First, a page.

Meliadine Project – Final Permit Received May 2016; Optimization Studies Continuing

The Meliadine gold project was acquired in July 2010 and is the Company's largest development project based on mineral reserves and mineral resources.  The Company has a 100% interest in the 111,757 hectare property, which is linked to the town of Rankin Inlet in Nunavut by a 25 kilometre all-weather access road.

In March 2015, the Company completed an updated technical report on the Meliadine gold project.  The updated technical report was based on extracting only the 3.3 million ounces of gold in proven and probable mineral reserves (13.9 million tonnes of ore at 7.44 g/t gold), which is all contained in the Tiriganiaq and Wesmeg deposits.

The Meliadine property also hosts 3.3 million ounces of measured and indicated mineral resources (20.2 million tonnes at 5.06 g/t gold), and 3.5 million ounces of inferred mineral resources (14.1 million tonnes at 7.65 g/t gold).  In addition, there are many other known gold occurrences in the 80 km long greenstone belt that require further evaluation.

Internal studies are continuing to evaluate the potential to extract additional gold from the Tiriganiaq and Wesmeg/Normeg deposits, which could extend the potential mine life, increase annual production and improve project economics and the after-tax internal rate of return.  These studies are expected to be completed by the end of 2016.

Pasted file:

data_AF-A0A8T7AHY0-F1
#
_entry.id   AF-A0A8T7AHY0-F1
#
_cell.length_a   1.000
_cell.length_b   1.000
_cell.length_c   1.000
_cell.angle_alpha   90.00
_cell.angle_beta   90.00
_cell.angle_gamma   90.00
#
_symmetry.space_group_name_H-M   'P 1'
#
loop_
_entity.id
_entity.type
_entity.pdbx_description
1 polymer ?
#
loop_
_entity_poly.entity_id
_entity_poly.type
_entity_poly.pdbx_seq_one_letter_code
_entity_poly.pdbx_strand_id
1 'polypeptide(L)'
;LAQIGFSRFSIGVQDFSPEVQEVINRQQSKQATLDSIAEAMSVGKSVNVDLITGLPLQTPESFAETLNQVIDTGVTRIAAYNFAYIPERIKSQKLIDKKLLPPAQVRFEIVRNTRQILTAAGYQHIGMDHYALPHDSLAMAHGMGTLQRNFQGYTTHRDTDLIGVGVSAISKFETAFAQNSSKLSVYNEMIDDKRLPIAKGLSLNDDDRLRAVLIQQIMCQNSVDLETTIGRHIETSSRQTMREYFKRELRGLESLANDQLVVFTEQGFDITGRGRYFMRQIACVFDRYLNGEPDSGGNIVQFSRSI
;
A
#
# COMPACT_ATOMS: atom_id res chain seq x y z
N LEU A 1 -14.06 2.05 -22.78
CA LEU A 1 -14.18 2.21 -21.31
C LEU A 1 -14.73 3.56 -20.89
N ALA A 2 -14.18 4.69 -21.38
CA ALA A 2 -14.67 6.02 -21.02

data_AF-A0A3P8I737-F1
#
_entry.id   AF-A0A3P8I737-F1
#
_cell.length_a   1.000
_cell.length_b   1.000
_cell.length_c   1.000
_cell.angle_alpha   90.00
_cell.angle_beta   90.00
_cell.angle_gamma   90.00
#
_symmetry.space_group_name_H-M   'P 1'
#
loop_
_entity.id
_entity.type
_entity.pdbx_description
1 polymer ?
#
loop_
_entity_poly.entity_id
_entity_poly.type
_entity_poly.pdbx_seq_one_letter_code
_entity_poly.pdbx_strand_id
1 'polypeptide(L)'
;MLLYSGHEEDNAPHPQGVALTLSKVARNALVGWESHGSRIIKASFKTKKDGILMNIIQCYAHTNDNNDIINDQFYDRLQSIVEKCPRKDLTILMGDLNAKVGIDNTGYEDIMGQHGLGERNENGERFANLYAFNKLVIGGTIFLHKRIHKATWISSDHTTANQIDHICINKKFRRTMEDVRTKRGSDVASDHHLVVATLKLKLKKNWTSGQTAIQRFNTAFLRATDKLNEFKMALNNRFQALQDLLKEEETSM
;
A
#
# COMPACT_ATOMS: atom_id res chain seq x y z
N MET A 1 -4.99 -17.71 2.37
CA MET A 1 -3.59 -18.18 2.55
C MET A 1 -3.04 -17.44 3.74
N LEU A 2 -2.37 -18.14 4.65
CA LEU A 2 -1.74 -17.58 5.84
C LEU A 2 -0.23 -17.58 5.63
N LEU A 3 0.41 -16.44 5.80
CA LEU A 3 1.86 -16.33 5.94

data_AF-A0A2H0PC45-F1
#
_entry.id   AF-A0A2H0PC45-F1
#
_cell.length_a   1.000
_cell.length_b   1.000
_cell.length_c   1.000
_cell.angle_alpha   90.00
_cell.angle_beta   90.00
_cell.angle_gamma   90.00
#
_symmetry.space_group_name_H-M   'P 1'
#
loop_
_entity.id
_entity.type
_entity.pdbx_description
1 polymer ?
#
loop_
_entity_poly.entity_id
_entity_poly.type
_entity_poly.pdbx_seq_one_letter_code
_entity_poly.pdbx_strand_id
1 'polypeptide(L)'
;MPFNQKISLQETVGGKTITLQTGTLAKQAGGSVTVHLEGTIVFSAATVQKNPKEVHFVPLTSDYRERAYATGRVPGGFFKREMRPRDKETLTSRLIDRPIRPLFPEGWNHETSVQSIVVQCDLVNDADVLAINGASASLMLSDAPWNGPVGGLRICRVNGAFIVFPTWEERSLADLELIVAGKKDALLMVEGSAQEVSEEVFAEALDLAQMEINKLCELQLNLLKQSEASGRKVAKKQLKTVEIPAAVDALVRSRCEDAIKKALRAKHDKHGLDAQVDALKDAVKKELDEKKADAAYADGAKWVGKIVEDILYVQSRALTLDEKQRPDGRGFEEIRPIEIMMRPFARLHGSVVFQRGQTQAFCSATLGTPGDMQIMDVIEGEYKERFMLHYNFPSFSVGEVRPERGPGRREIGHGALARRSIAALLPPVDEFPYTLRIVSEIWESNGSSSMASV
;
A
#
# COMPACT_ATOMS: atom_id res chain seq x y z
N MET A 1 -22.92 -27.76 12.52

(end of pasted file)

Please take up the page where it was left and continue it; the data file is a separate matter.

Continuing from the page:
In the second quarter of 2016, approximately 1,098 metres of underground development were completed.  A total of approximately 4,302 metres of underground development is planned in 2016.

On May 19, 2016, the Company received the Type A Water Licence, which is the final permit needed to commence construction activities.  The timing of future capital expenditures at the Meliadine project beyond 2016 and the determination of whether to build a mine at Meliadine are subject to approval by Agnico Eagle's Board of Directors, which will be based on, among other things, prevailing market conditions and outcomes of the various plans being evaluated.